Our strategy is therefore three-fold:
We have integrated this agenda via the following flagship areas:
Sound and reliable infrastructure, skilled populations, good governance and strong institutions that are accountable are the basic rock of progress that can be sustained. In the course of correcting for our recent history and in our belief in the doctrine of “leaving no one behind”, the countries emerging from conflicts and other fragile situations whose infrastructures and institutions have been reduced to ruins receive special attention from us.
But engagement on this growth agenda while transiting to low carbon economies remains a real challenge. Take the case of finding the right balance of food production and biofuels. There is no doubt that the percentage of crops devoted to biofuels which has continued to rise, has contributed to driving up food prices.
What is in doubt is not whether; it is by how much. Now important questions are being asked. How do we ensure biofuels do not crowd out food crops and exacerbate food insecurity? Will biofuels lead to competition for land, water, extensive deforestation and further aggravate climate change? Some believe with careful management, biofuel production can contribute to a sustainable future – maybe. But what is role for innovation here? Innovation that is accessible to poor countries.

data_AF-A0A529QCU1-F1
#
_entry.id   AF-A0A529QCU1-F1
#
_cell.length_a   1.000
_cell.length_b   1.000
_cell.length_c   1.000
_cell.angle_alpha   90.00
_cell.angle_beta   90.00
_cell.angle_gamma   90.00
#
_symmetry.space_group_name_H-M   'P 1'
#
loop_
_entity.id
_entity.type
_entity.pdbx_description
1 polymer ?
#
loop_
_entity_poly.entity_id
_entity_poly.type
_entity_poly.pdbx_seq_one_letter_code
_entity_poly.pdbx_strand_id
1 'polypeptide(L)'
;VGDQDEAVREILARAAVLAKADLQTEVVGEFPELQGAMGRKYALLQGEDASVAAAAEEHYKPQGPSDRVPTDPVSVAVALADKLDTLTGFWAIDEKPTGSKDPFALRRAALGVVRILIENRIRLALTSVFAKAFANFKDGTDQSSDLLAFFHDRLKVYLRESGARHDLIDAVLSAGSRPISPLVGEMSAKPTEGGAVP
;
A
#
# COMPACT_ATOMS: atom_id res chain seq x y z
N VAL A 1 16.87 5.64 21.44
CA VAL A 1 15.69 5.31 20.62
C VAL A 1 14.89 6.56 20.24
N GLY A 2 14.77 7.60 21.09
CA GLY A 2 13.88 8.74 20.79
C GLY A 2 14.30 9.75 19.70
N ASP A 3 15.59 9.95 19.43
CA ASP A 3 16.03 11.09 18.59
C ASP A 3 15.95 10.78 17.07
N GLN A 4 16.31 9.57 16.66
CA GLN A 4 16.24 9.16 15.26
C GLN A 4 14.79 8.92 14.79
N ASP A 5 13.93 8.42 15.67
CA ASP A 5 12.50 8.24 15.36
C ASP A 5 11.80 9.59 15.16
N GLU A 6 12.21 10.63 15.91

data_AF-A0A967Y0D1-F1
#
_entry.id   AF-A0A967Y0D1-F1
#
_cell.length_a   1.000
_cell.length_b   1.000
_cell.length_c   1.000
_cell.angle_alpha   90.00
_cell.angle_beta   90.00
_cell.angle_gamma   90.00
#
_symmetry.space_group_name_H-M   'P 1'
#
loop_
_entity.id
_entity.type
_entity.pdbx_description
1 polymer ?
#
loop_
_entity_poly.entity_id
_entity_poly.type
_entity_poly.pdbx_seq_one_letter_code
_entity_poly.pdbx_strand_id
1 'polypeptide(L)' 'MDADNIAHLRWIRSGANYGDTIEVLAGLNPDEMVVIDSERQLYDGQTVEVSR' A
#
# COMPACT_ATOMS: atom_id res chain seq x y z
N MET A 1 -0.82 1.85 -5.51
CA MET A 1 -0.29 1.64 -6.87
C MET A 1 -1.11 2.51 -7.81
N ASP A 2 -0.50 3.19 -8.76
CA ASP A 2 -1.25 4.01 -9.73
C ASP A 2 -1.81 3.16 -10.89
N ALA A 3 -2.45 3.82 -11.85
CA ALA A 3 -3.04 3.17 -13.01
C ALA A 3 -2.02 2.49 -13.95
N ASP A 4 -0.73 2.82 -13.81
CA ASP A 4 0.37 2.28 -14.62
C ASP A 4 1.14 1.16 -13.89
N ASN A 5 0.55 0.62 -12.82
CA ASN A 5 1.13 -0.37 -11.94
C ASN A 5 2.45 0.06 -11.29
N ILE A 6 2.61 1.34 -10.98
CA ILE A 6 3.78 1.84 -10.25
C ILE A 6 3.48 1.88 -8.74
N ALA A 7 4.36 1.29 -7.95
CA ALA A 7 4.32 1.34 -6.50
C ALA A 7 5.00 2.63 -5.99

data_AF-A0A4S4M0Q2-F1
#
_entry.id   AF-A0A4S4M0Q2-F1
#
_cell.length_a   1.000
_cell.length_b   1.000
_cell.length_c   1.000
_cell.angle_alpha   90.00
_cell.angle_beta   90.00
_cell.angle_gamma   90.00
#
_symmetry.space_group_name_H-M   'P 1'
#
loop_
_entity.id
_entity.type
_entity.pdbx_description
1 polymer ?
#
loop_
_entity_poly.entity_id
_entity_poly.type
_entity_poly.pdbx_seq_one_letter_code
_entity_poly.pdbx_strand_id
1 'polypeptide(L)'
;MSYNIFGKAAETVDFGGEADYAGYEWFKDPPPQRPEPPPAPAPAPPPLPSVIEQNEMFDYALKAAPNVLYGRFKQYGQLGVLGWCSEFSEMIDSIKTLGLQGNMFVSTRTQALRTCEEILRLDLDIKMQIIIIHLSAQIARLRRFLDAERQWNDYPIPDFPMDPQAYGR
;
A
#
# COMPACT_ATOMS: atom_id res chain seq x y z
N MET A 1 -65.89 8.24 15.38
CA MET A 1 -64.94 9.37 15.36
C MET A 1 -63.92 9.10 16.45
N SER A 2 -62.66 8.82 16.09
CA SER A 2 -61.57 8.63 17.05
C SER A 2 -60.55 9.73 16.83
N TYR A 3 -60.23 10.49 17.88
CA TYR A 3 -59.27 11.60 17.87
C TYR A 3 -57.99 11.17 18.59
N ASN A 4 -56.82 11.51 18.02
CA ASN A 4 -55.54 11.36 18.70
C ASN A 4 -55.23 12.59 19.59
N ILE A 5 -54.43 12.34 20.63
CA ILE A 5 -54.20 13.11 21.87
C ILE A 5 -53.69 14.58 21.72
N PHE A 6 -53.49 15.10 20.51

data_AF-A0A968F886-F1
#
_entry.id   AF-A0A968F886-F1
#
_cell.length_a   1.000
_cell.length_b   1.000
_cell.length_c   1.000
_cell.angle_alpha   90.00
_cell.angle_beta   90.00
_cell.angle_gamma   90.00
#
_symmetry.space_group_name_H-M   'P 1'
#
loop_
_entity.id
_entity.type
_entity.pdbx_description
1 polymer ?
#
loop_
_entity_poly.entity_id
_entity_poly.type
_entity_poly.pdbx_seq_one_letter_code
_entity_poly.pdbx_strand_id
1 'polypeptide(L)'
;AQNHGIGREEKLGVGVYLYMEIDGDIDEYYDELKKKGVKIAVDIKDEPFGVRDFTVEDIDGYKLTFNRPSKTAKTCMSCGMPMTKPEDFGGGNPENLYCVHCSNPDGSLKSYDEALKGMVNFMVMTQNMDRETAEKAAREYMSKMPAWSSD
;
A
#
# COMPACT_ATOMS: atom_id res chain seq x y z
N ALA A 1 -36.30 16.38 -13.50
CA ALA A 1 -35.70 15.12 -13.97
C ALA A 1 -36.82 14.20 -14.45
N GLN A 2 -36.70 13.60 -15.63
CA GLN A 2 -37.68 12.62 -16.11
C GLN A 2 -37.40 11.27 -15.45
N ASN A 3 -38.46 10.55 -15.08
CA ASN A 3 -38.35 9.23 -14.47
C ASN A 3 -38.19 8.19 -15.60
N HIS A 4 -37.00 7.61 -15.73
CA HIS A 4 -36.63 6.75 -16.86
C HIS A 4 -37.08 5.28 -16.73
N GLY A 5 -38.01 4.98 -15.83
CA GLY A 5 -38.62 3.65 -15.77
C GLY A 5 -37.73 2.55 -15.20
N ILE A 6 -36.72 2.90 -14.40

I believe there is a place here for business firms to spur this type of technological innovation. Rapid development and deployment of new innovative low-carbon technologies in power generation, infrastructure that addresses energy efficiency, the decarbonisation of our energy mix, and sustainable water systems and urban management. I am told more creative possibilities for large scale interventions referred to as geo-engineering are on the horizon. I have no doubt technology will provide many of the answers. But needless to say the development and deployment of many of these new technologies are beyond the pockets of poor countries and will require international cooperation.